O+ 1. 500 K (in vacuo) of the V205/py and V. showing the irreversibility of the dehydration process.1. The corresponding value is E. When the sample is subjected to vacuum. This fact agrees with the spectroscopic observations that we have reported above.View Online 4174 Nitrogenated Bases and V205Xerogel Downloaded by google on 25 May 2011 Published on 01 January 1989 on http://pubs.O). = C. where C. dramatic changes are produced in the impedance spectrum [fig.lgThis interpretation is consistent with results obtained after treatment at temperatures up to ca. and/or (ii) protons due to dissociation of . related to the transfer of electrical charge in the electrolyte/electrode interface. It is known that V5+/V4+ couples support the electronic conductivity in amorphous V. can be calculated from the expression E. These observations can be explained by the great loss of intergrain water responsible for the propagation of the electrical signal across an ionic resistance. and E. and a capacitance. = 39.O is subjected to vacuum conditions. Mechanism We have shown that the intercalation of nitrogenated molecular bases into the lamellar hydrated V. Comparable results have been found in the conductivity measurements of other hydrated phases of transition-metal oxides.4 water molecules coordinated to Vv of the host lattice.rsc.32. with the subsequent formation of OH groups to assure the neutrality of the electric charge in the system.05. the values of these F . We is assume that this element involves the contribution of the electronic conductivity of the solid.2e per vanadium) of the V 2 0 5 xeroge120 (it may be remembered that this solid proceeds from a polymerization of decavanadic acid. 4(b)]. table 31. gives mainly protonated species. which corresponds to the modified vanadium pentoxide. Ri = 1.5 H. causes similar qualitative effects on the Nyquist plot to those observed when the starting V.disposed in parallel with the Cdl element.O. The relative permittivity E. the RL values remaining almost unaltered (table 3).1039/F19898504167 circuit of our system an electrolytic resistance Re of relatively low value (144 Q) can be ascribed to the presence of mobile ionic species. this model assumes the existence of a charge transfer resistance R. is the geometrical capacitance. It is noteworthy that after thermal treatment in vucuo the exposure of the samples to the atmosphere does not change their electronic conductivity behaviour. The assigned equivalent circuit consists of one capacitance in parallel with a resistance.58 x obtained from the starting hydrated V. which is enhanced by the formation of V4+ions caused by the intercalation of the organic bases. so a certain quantity of protons remain in the xerogel which can be expressed as V205(0. = 1. l 8 Finally.01 x lo6 Q) being notably different from those components (C. which can regenerate by thermal/ vacuum treatment to a variable extent.org | doi:10.1 H.’ . related to the intrinsic dielectric properties of the solid material. their unprotonated forms following a reversible process.0. . Thus. in the Nyquist plot. determined from the impedance measurements in air. The protonation of the bases has two origins: (i) protons initially present in the xerogel compensating the negative charge (almost 0. as we have proposed elsewhere. but a new resistance component (RL) introduced in the proposed model [fig.05/pz intercalation compounds. essentially H+ ions associated with the acidic character of the hydrated solid.05 thin films. the capacitance component being completely eliminated and only the electronic resistance remaining. a single arc intersecting the origin of the axis and the absence of the diffusion tail are the most salient features which distinguish this case from the above. respectively.O.d/SE. including the interlamellar water). d and S are the thickness and the surface area of the sample. is the vacuum permittivity. The intercalation of pyridine and pyrazine.4-) H. associated with the remaining interstitial water (microporous water.. 4(c)-(f).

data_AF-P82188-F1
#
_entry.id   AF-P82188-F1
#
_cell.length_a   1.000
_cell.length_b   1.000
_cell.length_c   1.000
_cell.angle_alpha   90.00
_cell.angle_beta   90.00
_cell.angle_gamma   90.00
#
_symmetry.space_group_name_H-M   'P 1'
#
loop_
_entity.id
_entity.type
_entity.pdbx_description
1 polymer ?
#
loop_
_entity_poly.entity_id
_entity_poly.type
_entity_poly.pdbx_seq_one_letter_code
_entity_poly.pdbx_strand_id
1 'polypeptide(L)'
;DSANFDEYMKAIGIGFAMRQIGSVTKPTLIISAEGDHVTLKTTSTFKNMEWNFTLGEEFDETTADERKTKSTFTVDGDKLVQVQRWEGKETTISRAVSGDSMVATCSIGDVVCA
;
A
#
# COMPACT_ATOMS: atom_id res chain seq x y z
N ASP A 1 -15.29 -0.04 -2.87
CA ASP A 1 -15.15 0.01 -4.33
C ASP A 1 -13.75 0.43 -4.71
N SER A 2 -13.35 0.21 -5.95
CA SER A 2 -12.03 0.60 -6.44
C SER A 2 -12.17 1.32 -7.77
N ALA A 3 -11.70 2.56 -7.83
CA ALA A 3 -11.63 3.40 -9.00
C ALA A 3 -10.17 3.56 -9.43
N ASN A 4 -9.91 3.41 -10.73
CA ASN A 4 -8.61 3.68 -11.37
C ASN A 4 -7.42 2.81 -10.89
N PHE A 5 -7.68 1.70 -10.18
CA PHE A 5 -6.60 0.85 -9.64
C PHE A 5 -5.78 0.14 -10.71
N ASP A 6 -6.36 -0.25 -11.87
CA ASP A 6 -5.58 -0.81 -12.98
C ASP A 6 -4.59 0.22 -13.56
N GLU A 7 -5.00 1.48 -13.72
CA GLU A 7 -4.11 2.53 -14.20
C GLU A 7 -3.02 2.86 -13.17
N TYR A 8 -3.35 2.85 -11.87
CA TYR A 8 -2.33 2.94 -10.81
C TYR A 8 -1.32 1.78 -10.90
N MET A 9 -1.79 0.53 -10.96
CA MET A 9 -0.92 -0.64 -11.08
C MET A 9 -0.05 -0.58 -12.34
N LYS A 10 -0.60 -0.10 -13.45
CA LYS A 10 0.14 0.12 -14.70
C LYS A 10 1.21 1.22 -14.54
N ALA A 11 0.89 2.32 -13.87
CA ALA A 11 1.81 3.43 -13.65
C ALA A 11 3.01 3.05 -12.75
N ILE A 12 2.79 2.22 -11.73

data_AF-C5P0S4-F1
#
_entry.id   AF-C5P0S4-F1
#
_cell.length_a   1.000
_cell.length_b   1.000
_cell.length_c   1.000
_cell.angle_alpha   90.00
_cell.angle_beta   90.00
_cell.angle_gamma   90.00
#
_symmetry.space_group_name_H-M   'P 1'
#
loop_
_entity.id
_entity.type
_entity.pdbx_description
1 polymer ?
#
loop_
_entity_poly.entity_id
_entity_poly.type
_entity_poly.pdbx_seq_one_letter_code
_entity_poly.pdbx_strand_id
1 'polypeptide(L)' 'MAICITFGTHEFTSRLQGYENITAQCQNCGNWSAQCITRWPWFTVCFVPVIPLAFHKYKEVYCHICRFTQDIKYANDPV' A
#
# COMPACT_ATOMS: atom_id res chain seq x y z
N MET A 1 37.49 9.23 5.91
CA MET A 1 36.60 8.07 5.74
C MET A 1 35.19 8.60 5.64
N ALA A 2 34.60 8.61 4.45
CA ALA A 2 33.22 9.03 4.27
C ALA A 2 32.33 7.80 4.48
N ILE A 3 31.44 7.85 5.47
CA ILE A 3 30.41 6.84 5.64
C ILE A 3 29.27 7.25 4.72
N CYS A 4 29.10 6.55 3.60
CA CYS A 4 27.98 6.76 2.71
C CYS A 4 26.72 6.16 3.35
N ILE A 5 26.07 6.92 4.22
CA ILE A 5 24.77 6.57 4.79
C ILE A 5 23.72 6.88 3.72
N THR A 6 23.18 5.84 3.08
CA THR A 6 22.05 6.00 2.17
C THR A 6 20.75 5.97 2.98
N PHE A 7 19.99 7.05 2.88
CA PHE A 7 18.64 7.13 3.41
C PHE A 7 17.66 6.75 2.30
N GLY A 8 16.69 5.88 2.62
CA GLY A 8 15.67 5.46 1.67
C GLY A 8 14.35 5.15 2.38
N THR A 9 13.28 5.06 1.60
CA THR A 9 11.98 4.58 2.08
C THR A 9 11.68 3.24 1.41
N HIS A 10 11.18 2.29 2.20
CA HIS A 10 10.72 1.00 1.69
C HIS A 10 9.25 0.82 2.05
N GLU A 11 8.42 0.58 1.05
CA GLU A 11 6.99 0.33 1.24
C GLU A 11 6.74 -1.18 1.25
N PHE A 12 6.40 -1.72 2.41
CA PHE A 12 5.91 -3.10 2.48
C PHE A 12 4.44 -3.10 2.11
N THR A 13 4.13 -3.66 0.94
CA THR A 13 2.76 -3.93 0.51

O. Thus.rsc. 4. postulating the oxidation of these bases to nitrogen and bypyridine. This situation is well supported by XPS results (table 2). the water molecules tend to be eliminated from the system.In.OJpz compounds. where the protonation due to both (i) and (ii) paths are represented as different (I and 11) components in the total reaction. can act in a redox process (simultaneously to an acid-base reaction) favoured when a thermal or vacuum treatment is applied. a dependence on the nature of the base appears to be clear in our case. spectroscopy. Then. and consequently the higher tendency of the former to be protonated. pyridine molecules must be coordinated to the original VIV centres. which show i.25) compared with pyrazine (pK.View Online B. = 5. is the mechanism of reduction of Vv which is enhanced by the thermal/vacuum treatment.e. So we must suppose that an additional process involving the oxidation of the intercalated species to N-oxides takes place together with the postulated . In this way. r e ~ p e c t i v e l y . respectively. in the starting xerogel. although to a minor extent. nor XPS data support the possibility of reduction via oxidative dimerization of the intercalated heterocycle. 41 75 1 Downloaded by google on 25 May 2011 Published on 01 January 1989 on http://pubs. while for pyrazine this expression has a positive value as was detected by i.O. absorption spectra with significant differences to those obtained by intercalation of pyridine followed by thermal treatment.4-y) is close to zero (full protonation). and the XPS results.org | doi:10. compounds.r.r. An alternative explanation would be the existence of a charge transfer (like in benzidine-V.r. This follows from the greater basicity of pyridine (pK. a reduction to VIV./py intercalation .Nevertheless. Casal et al. Schollhorn explained the reduction of transition-metal dichalcogenides (S2Ta) when ammonia and pyridine are intercalated. compounds22)between the base and the host lattice. in agreement with the i.2’-bypyridine. Thus. An important aspect. as evidenced by the spectroscopic results obtained from intercalation of the hypo thetical products of condensation of pyridine. in a first approach we can tentatively accept that the hydroxyls formed according to scheme 1 (part 11). a fraction of Vv could be reduced (scheme 2). which indicate that the VIV/N(coord. = 0. it has been reported21 that.4) B] +C(1. This ratio is not achieved in the V.r.4’. for the present not conclusively resolved. for pyridine and without thermal or vacuum treatment the value of the expression (x-0.5-y) H20 + (x-0. either in bulk or surface analysis. Neither i. VIV centres are more suitable sites than Vv for coordination with pyridine in vanadium p e n t o ~ i d e24 ~ ~ ~ we can assume that in thermally treated V. cycles of hydration-dehydration provide.) ratio is close to 1. but in our case these mechanisms cannot explain the loss of oxygen shown by XPS.65).5H2O + (x-0. ~ ~ our case this situation can be disregarded.and 2. In fact. According to quantum-chemical calculations.4-y) (11) ~ ~~~ B + y (BH’ + OH-)] Scheme 1. This situation is illustrated in scheme 1 . at the same time that a proportion of BH+ species are deprotonated.1039/F19898504167 + x : B + [1. i. x and y correspond to the molar amount of the base (B:) intercalated and the protonated molecules formed by dissociation of water molecules [path (ii)].